I loved working with Papa. During our three years together we had many disagreements on how the league should be ran. Fortunately for both of us Papa has spent a large portion of his life working with Americans through the embassy. Whenever we stumbled upon those inevitable cultural misunderstanding on how to carry out business, Papa was able to understand where I was coming from (the American perspective) and then explain to me where he was coming from (the Gambian perspective). From there we were always able to reach a reasonable compromise. He never gets angry, has a lot of patience, and most importantly is a great diplomat. In a league where everyone believed they had the right to be heard, Papa listened.
So I started reffing basketball games. Over the next two years I would go on to ref over two hundred different basketball games in the country. During that time I got to know and love hundreds of different players, coaches, and fans. When I would ride my bike to work in the mornings I was often chased with greetings of “Hey ref!” Sometimes when I was out at dinner players would come up to me and shake my hand. But for every friendly greeting there was also the occasional “You suck!” Or the awkward moment standing in the grocery line with a player I threw out of a game the previous week, hoping I would not catch on fire from the scorching hatred that was being projected towards me.
My favorite part of the journey though was the relationships I made along the way, in particular the connections I forged with my fellow referees. All two hundred games were officiated with some combination of the same ten people. For one full league season there was only four of us. Needless to say, we were close. Together we shared many good and bad memories. Growing pains, drama, success, and progress; I will never forget all we went through together. If you have not already asked yourself this question I will ask it for you. Who are these people?

Well I’m glad I asked.
Sang Marie Sambou
When I first started reffing Sang was only ref who showed up for games on a consistent basis, so for the first couple of months of the first league season we ran a two man crew. Just me, him, and a scorekeeper named Alhagie (a tiny Rastafarian man who loves watching basketball), and that’s where it all began.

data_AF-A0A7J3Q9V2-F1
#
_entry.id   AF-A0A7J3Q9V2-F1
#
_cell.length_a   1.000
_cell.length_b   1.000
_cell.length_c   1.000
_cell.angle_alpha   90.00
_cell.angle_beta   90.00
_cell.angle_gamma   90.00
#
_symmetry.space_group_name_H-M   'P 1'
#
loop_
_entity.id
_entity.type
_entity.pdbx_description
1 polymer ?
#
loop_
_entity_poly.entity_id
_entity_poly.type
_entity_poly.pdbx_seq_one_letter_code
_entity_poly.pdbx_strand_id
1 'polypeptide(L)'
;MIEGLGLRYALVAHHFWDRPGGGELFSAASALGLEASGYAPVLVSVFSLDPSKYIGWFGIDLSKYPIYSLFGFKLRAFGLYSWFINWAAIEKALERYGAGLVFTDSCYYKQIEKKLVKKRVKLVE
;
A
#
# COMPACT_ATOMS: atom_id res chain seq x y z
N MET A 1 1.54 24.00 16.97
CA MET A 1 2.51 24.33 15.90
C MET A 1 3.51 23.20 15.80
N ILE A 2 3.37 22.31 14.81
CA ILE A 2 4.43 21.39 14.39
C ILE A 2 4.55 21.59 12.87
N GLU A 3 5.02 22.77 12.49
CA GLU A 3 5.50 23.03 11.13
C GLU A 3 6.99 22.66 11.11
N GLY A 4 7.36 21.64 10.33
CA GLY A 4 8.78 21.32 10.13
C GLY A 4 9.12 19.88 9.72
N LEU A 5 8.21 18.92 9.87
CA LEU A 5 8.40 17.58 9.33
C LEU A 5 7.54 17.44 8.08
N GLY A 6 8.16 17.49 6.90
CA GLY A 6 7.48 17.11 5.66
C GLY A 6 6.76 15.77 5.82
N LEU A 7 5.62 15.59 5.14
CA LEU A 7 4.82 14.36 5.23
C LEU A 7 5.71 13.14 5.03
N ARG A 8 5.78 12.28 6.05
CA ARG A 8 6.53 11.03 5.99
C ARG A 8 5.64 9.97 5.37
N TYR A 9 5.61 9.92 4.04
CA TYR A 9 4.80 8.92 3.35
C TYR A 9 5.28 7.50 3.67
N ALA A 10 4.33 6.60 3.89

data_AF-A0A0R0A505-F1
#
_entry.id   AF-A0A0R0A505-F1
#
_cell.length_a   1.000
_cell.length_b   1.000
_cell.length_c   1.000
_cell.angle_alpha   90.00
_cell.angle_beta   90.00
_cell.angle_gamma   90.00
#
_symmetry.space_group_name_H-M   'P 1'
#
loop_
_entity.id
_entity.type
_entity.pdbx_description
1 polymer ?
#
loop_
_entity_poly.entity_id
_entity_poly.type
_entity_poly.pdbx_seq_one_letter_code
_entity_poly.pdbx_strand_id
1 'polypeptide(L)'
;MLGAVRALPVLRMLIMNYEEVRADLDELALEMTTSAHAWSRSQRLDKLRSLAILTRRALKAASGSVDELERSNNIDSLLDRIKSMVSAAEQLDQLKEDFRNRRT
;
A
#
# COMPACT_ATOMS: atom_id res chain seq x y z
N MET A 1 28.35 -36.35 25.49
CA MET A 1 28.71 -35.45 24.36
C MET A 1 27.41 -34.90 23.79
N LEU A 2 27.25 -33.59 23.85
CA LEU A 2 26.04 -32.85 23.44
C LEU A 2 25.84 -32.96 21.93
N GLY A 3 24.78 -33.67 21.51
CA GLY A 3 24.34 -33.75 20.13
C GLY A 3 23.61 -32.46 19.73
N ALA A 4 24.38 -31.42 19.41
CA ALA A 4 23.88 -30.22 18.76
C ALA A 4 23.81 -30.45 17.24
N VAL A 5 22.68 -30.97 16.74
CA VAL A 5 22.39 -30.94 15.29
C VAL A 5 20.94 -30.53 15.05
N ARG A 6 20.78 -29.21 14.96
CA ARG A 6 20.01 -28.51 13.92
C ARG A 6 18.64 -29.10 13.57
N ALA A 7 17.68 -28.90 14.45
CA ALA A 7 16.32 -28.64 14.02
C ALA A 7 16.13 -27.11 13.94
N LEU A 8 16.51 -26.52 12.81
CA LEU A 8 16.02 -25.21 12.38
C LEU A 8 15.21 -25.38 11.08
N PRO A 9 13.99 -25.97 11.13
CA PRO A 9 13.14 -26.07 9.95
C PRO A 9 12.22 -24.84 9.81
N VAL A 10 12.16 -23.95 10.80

When I first watched Sang ref I was immediately offended by his animated style. Here is a ref, I thought, who is making bad calls so assertively. I did not like reffing with him as I felt like he cramped my “superior” style (I was still very American back then). I later realized I was offended not because he was a bad ref but because I envied the confidence that comes shattering out of him like shrapnel every time he makes a foul call. While Sang is refereeing games his stance is perpetually wide and planted, as though he is getting ready to absorb contact at a moment’s notice. When he makes a call he becomes a perfect right angle. His left fist smashes the heavens, while his right finger points like lightening at the accused so convincingly that a faultless suspect would be led to question his own innocence.

Sang is a walking talking instruction video on how to sell a call and we learned a lot for each other. One thing that was immediately apparent about Sang once we started working together is that he loves refereeing basketball. As soon as I got a rule book into his hands there was no reason for him to be trained anymore. He took that book and shaped himself into a sharp, patient ref who calls a tight and controlled game. His style of officiating is such a perfect reflection of who the man is.